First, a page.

Bird of Paradise

I have a bird of paradise in my house that is about three years old and is up to the ceiling. It’s by a window that gets the morning sun, and I feed it every week with a liquid feed. I have three new plants starting to shoot out. I read somewhere that they should be root bound to flower, and mine is very root bound, but I have never gotten a flower off of it. Can you please tell me why?

Sue, it sounds like you’re doing just about everything right! But just to be sure, lets look at a few basic points about Strelitzia reginea or the bird of paradise.

I too have heard that root bound bird of paradise bloom better, maybe that is because it takes between four to six years for the plant to mature. Expect blooms in the spring and sometime late summer.

While this plant is a splendid houseplant, these tropical beauties can be found growing outdoors where temperatures don’t regularly drop below 28 degrees. So if freezing isn’t a threat these plants can grow into massive clumps reaching 30 feet in height or more. Of course they won’t grow that large in a container.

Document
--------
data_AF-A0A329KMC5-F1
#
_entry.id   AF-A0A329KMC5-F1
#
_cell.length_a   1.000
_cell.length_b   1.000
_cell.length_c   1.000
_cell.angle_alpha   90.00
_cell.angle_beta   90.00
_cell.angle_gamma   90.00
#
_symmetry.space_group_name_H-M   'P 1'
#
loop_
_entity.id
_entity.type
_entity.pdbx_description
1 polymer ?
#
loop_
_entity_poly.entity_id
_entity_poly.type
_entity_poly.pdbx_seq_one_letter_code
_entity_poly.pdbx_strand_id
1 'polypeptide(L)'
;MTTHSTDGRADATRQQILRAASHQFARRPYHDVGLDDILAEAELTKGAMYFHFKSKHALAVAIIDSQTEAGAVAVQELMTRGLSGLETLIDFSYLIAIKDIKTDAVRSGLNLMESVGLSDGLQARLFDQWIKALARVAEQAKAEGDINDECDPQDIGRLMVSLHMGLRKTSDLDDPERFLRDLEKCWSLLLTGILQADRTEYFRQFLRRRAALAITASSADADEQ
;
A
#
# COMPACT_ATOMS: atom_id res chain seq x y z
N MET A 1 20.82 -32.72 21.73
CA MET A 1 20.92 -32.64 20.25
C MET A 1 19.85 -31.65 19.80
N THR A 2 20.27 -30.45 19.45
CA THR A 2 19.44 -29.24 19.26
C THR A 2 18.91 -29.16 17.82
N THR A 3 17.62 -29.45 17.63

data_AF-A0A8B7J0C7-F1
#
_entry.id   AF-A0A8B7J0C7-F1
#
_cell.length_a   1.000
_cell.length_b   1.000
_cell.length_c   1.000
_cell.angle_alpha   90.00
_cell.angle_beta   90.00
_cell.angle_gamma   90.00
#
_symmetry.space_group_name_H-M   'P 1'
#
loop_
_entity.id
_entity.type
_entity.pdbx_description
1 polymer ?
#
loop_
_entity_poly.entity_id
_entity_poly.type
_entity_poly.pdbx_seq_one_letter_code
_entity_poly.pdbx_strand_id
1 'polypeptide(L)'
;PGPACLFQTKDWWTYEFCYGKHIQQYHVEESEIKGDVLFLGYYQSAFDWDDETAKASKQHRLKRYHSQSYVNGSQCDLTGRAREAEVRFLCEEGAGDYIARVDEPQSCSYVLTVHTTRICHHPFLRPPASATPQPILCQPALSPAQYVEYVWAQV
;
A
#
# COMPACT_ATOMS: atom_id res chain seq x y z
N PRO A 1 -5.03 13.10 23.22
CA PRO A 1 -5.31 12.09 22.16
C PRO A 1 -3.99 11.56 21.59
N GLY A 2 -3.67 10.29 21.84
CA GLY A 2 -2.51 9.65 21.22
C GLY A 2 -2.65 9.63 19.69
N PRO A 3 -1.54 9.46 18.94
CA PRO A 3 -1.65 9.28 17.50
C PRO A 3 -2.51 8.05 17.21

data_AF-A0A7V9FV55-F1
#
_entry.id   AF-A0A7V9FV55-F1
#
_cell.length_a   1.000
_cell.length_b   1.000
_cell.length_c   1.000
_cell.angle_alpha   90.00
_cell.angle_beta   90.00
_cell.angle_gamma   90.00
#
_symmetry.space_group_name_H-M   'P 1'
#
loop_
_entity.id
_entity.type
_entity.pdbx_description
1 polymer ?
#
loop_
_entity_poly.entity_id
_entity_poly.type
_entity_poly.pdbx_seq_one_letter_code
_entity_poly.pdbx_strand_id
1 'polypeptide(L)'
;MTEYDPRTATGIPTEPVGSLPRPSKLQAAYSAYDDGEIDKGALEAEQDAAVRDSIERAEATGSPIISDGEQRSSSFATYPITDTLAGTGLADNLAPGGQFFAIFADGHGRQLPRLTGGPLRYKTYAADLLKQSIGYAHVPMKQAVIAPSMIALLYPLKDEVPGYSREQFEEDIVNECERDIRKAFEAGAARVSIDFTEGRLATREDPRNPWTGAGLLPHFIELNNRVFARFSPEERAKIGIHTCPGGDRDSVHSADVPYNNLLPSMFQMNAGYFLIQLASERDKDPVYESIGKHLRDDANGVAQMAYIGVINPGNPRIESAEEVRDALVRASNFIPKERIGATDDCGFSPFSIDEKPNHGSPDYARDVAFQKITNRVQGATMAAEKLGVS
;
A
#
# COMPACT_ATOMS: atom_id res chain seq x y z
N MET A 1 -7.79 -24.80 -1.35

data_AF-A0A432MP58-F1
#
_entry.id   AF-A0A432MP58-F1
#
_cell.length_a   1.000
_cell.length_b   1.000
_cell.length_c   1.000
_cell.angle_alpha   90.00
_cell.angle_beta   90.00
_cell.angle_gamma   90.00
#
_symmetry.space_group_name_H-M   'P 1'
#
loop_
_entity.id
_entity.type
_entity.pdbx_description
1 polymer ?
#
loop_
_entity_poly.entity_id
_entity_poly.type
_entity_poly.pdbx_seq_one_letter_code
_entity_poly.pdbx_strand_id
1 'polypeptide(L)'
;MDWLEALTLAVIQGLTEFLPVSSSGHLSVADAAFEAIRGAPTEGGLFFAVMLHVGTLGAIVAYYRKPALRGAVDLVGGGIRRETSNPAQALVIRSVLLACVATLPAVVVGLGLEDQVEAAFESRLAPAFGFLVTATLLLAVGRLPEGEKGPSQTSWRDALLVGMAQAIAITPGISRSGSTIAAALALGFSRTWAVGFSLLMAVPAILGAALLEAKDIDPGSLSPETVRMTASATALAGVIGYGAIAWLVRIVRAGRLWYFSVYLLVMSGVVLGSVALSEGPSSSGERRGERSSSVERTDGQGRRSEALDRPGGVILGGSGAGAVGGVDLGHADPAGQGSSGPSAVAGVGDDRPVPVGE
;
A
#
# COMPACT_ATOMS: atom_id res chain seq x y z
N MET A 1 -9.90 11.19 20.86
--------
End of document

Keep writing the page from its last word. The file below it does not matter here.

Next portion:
Like so many houseplants the Bird of Paradise doesn’t like to be over watered so keep soil slightly on the dry side. It will always respond best when placed in full direct light.

Feeding it is important too and I recommend a well-balanced solution of liquid fertilizer a couple of times a month during the growing season. Just hold back on feeding during the fall and winter.

Most of us are familiar with the orange flower but I happen to like the white Bird of Paradise. There’s nothing like this to give any flower arrangement a tropical if not exotic flare.

Now just think, if you give your houseplant all the tender love and care it needs and have plenty of patience you can produce beautiful flowers like these.